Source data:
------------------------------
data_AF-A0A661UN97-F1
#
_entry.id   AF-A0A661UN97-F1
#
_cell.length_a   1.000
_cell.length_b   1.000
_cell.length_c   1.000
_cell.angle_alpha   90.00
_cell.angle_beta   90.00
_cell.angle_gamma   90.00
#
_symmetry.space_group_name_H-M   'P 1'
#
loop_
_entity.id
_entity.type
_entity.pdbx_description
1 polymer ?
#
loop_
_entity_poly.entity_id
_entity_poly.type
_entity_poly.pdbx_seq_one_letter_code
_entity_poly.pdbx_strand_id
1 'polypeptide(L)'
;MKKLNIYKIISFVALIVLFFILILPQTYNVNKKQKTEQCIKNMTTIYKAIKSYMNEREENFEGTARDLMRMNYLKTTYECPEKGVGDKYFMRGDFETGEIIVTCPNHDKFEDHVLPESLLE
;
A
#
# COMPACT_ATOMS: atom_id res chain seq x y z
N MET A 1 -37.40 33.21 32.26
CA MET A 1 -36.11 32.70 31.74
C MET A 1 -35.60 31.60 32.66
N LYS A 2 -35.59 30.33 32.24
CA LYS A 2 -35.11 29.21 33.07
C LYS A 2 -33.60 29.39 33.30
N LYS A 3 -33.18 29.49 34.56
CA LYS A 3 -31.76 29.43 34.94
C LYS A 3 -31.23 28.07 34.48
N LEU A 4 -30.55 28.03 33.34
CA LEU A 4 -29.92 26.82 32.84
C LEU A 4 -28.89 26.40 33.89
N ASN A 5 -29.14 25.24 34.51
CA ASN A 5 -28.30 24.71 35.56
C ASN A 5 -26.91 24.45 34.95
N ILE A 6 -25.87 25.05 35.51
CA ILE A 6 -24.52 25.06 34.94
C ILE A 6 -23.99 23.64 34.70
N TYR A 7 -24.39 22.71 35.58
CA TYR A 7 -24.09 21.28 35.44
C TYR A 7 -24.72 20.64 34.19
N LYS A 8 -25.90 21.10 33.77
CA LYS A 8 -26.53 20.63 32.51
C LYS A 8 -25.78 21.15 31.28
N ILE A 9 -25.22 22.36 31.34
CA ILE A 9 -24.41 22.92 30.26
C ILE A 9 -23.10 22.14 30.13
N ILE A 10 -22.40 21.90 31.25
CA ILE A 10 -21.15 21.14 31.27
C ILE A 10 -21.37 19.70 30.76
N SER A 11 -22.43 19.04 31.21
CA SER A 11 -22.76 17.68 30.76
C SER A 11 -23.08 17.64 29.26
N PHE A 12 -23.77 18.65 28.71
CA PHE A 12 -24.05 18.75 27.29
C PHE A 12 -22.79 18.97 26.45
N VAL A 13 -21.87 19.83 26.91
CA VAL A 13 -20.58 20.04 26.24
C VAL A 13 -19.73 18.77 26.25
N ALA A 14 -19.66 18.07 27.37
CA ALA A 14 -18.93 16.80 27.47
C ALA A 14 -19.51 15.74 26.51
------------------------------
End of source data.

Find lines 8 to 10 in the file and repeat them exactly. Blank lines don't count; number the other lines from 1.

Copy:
_cell.angle_alpha   90.00
_cell.angle_beta   90.00
_cell.angle_gamma   90.00